Our nation is wracked with sorrow and anger, emotions triggered by witnessing a white police officer killing yet another unarmed black man in the course of an arrest. This time it was George Floyd — a father, a brother, a coach, a man described by his loved ones as “a gentle giant.”
The heart-felt response to the tragic killing of George Floyd has been intensified by the recognition that this is not an isolated incident, but part of an intolerable pattern of hate, fear and persistent oppression of black and brown people that has plagued this nation for far too long.
The life and vibrancy of the Alliance for Science comes from hosting science advocates from throughout the world, particularly Africa and South Asia, at Cornell University.
Through their experiences in the United States, and our own observations and encounters, we have been made repeatedly aware of the extent of systemic racism in the US. This has reinforced our commitment to stand in solidarity with persons of color to take action against the egregious racism within the US.
We have seen this racism play out on the individual level, in the form of discriminatory, prejudiced and offensive behavior toward our visiting colleagues of color, too many of whom have been treated as second-class citizens, denied visas, harassed by customs and immigration officials while entering the US, and even characterized as colonial pawns unable to think or act for themselves.
We have seen it play out at the macro level, as evidenced by the large number of black and brown American citizens who are murdered by police and incarcerated in this nation’s jails.
And we have seen overt racism expressed as discriminatory rhetoric and policies directed at immigrants, and in the wake of the COVID-19 pandemic, as violence against Asian Americans.
Like the killing of George Floyd, the pandemic has starkly revealed the racist socioeconomic divides in the US, with blacks, Latinos and Native Americans far more likely than whites to contract the novel coronavirus and die from the effects of COVID-19. This is due to a number of causes, including chronic health conditions related to poverty and insufficient access to nutritious foods and medical care; employment in low-paying service jobs that requires them to interact with the public or work in close proximity to others, often without adequate protection; and in the case of the COVID-devastated Navajo Nation, lack of such basic services as decent housing, running water and electricity.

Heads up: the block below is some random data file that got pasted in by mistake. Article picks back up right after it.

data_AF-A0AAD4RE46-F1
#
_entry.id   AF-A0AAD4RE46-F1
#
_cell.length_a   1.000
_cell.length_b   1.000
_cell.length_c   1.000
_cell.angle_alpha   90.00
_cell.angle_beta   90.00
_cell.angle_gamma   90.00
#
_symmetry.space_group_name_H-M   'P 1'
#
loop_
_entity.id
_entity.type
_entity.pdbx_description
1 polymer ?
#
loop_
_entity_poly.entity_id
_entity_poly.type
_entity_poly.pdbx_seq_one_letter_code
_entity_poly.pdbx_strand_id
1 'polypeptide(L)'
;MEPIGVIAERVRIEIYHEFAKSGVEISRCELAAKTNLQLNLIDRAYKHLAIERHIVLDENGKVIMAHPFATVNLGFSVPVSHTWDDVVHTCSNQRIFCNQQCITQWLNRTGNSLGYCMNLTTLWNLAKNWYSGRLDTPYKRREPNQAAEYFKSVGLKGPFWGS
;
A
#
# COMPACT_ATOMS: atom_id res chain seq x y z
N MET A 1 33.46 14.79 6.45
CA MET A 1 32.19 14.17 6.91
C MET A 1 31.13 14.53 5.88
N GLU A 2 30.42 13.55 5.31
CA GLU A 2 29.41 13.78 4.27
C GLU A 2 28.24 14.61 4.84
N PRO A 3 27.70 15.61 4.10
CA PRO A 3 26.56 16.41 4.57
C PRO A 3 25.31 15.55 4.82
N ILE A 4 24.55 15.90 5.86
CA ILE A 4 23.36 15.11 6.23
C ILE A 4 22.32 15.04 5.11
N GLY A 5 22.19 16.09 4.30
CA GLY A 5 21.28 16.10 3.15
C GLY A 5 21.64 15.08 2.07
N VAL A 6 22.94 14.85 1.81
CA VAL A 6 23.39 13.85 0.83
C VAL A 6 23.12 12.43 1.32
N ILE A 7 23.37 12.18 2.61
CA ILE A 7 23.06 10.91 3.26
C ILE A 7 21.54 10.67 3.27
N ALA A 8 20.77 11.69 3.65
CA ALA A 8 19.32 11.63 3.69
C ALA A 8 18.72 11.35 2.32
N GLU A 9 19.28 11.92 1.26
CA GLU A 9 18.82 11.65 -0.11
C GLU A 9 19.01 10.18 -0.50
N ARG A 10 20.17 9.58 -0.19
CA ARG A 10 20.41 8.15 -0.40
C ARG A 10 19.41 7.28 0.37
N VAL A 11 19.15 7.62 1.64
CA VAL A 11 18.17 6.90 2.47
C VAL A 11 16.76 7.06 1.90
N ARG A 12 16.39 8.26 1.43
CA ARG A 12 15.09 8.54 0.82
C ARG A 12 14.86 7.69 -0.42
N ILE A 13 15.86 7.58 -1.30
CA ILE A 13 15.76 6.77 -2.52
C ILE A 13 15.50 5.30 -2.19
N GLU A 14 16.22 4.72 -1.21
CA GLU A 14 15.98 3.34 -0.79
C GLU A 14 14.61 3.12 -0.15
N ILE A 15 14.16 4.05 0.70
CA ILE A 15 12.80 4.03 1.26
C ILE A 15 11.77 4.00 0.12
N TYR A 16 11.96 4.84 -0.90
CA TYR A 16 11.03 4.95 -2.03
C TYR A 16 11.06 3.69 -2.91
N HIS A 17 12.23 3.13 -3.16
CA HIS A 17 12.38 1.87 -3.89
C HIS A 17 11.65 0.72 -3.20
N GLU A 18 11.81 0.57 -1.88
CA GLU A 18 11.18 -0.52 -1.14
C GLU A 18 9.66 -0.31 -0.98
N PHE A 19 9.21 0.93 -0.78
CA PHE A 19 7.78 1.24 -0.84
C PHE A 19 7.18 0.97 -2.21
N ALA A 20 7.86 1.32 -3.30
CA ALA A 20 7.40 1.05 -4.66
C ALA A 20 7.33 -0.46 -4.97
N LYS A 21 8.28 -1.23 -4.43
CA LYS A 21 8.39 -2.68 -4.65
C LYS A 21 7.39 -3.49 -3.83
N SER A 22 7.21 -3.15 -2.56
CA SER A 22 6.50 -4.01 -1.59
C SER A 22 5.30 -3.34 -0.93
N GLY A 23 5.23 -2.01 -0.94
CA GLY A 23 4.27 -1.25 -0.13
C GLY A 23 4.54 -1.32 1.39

Though COVID-19 has dragged this travesty into the spotlight, this is not a new phenomenon. The data have clearly shown for decades that African Americans, Latinos and other minority groups live sicker and die younger. COVID-19 is just another example of how racial and ethnic minority communities are disproportionately impacted by disease in the US.
We can — and we must — do better than this. The United States likes to call itself the greatest nation on Earth, a cultural melting pot, a world power built by hard-working people who have pulled themselves up by their bootstraps. But this white-washed national identity fails to acknowledge the land theft and resettlement imposed on this continent’s indigenous people, the role of slave and immigrant labor in amassing tremendous wealth for the privileged and typically white few, and the current inequality that still makes life difficult and dangerous for far too many American citizens of color.
As our nation grapples with the horrific image of a white police office callously kneeling on George Floyd’s neck for nearly nine minutes, ignoring the man’s pleas for a breath of air, it becomes ever more urgent for us to acknowledge the true brutality of racism. It has no place in our law enforcement agencies, no place in our society and it’s up to us to make it stop. This social and political reckoning must be championed by those of us who have long enjoyed the privileges that come from simply being born white in the United States.
The time to end racism was yesterday. We are late, but nevertheless, we add our voices and our actions to those have risen up with the resounding cry that “racism must stop now.” Perpetrators of racism should face legal repercussions for their inhumane and cruel behavior and beliefs. If we remain silent, we are complicit in these acts.
Those of us who recognize the immorality of racism, prejudice and discrimination must stand in solidarity and join the righteous struggle to eliminate the systemic scourge of racism and ensure that all citizens are truly equal — not just in the eyes of the law, but in the hearts and minds of all Americans.